Amazing Ocean Facts

  Given their sheer volume, ninety-nine percent of the living space on the planet is found in the oceans. Biologists estimate that somewhere between 500,000 and 5,000,000 marine species have yet to be discovered and described.
   The Mid-Ocean Ridge stretches 46,000 miles (74,000 km), more than four times the lengths of the Andes, Rockies, and Himalayas combined.
   A slow cascade of cold water beneath the Denmark Strait between Greenland and Iceland sinks 2.2 miles (3.5 km), over three-and-a-half times farther than the tallest waterfall on land, Venezuela's Angel Falls.
   The average depth of the oceans is 2.5 miles (4 km). The deepest point lies in the Mariana Trench, 6.8 miles (10.9 km) down. By way of comparison, Mount Everest is only 5.5 miles (8.8 km) high.
   Fishermen and women harvest over 4 million tons each year from bays and open oceans.
   El Niņo is the most unique example of oceans and atmosphere interaction that causes a chain reaction in climate across the globe. That climate has significant impact on humans, business and overall economics of various countries -- i.e. El Niņo patterns contributed to the 1995 rains in California which caused flooding and ultimately raised the price of wine and other vegetables from the region. Also, the warm 1995 winter in the Northeast had significant impact on the skiing industry.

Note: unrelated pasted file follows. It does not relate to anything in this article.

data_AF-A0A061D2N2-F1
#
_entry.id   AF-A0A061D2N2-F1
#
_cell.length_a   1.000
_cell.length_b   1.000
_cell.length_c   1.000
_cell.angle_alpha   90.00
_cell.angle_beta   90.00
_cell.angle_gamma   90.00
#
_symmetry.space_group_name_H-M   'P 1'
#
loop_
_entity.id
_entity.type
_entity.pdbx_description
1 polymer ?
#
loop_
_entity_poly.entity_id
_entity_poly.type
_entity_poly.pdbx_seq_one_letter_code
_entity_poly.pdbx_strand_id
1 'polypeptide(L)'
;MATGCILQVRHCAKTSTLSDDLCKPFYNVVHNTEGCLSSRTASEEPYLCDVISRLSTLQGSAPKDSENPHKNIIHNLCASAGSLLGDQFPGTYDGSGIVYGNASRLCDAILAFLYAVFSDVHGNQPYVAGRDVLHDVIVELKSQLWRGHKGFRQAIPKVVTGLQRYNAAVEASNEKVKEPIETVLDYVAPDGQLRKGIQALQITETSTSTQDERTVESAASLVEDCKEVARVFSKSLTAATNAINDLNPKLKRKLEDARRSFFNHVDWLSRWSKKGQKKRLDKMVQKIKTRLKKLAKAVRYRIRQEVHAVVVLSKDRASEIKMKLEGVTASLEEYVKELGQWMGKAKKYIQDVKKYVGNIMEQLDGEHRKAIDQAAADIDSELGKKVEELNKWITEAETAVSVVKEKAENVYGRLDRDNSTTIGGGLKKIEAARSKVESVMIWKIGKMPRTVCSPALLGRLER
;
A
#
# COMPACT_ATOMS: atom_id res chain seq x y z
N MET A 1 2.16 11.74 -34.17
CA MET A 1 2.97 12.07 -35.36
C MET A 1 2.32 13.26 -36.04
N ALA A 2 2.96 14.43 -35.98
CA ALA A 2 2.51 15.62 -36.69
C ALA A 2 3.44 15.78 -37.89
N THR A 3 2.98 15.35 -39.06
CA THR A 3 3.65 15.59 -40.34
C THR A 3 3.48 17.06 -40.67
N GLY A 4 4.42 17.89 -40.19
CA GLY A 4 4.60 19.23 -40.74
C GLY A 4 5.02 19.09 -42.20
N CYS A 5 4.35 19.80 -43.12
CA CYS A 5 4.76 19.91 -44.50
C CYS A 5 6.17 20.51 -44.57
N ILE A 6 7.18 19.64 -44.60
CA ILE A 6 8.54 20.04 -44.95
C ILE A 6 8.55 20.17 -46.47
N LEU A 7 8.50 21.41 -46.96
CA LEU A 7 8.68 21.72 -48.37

Ninety percent of all volcanic activity occurs in the oceans. In 1993, scientists located the largest known concentration of active volcanoes on the sea floor in the South Pacific. This area, the size of New York state, hosts 1,133 volcanic cones and sea mounts. Two or three could erupt at any moment.
   The highest tides in the world are at the Bay of Fundy, which separates New Brunswick from Nova Scotia. At some times of the year the difference between high and low tide is 53 feet 6 inches, the equivalent of a three-story building.
   The oceans cover 71 percent of the Earth's surface and contain 97 percent of the Earth's water. Less than 1 percent is fresh water, and 2-3 percent is contained in glaciers and ice caps.
   Earth's longest mountain range is the Mid-Ocean Ridge, which winds around the globe from the Arctic Ocean to the Atlantic, skirting Africa, Asia and Australia, and crossing the Pacific to the west coast of North America. It is four times longer than the Andes, Rockies, and Himalayas combined.
   Canada has the longest coastline of any country, at 56,453 miles or around 15 percent of the world's 372,384 miles of coastlines


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